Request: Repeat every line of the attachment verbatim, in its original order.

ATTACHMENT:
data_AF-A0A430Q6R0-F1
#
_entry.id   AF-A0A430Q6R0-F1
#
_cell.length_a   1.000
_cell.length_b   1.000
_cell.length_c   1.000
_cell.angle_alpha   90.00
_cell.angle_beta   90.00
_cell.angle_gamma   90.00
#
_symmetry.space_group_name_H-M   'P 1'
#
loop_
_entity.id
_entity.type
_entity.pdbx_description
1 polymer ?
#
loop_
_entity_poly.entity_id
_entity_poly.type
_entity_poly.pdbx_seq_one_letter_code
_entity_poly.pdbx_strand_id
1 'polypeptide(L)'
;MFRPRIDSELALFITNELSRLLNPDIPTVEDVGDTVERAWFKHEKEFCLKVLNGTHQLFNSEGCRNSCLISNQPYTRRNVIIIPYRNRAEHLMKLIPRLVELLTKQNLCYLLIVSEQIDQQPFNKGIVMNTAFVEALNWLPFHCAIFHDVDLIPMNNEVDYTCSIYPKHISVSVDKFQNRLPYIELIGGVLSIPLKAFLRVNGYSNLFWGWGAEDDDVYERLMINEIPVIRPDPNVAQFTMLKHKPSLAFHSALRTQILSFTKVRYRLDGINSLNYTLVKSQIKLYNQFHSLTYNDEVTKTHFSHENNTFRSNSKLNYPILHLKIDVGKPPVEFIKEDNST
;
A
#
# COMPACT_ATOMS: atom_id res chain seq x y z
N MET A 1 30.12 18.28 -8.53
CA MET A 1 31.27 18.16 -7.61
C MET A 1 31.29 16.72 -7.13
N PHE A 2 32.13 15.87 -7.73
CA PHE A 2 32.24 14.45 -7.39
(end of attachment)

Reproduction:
data_AF-A0A430Q6R0-F1
#
_entry.id   AF-A0A430Q6R0-F1
#
_cell.length_a   1.000
_cell.length_b   1.000
_cell.length_c   1.000
_cell.angle_alpha   90.00
_cell.angle_beta   90.00
_cell.angle_gamma   90.00
#
_symmetry.space_group_name_H-M   'P 1'
#
loop_
_entity.id
_entity.type
_entity.pdbx_description
1 polymer ?
#
loop_
_entity_poly.entity_id
_entity_poly.type
_entity_poly.pdbx_seq_one_letter_code
_entity_poly.pdbx_strand_id
1 'polypeptide(L)'
;MFRPRIDSELALFITNELSRLLNPDIPTVEDVGDTVERAWFKHEKEFCLKVLNGTHQLFNSEGCRNSCLISNQPYTRRNVIIIPYRNRAEHLMKLIPRLVELLTKQNLCYLLIVSEQIDQQPFNKGIVMNTAFVEALNWLPFHCAIFHDVDLIPMNNEVDYTCSIYPKHISVSVDKFQNRLPYIELIGGVLSIPLKAFLRVNGYSNLFWGWGAEDDDVYERLMINEIPVIRPDPNVAQFTMLKHKPSLAFHSALRTQILSFTKVRYRLDGINSLNYTLVKSQIKLYNQFHSLTYNDEVTKTHFSHENNTFRSNSKLNYPILHLKIDVGKPPVEFIKEDNST
;
A
#
# COMPACT_ATOMS: atom_id res chain seq x y z
N MET A 1 30.12 18.28 -8.53
CA MET A 1 31.27 18.16 -7.61
C MET A 1 31.29 16.72 -7.13
N PHE A 2 32.13 15.87 -7.73
CA PHE A 2 32.24 14.45 -7.39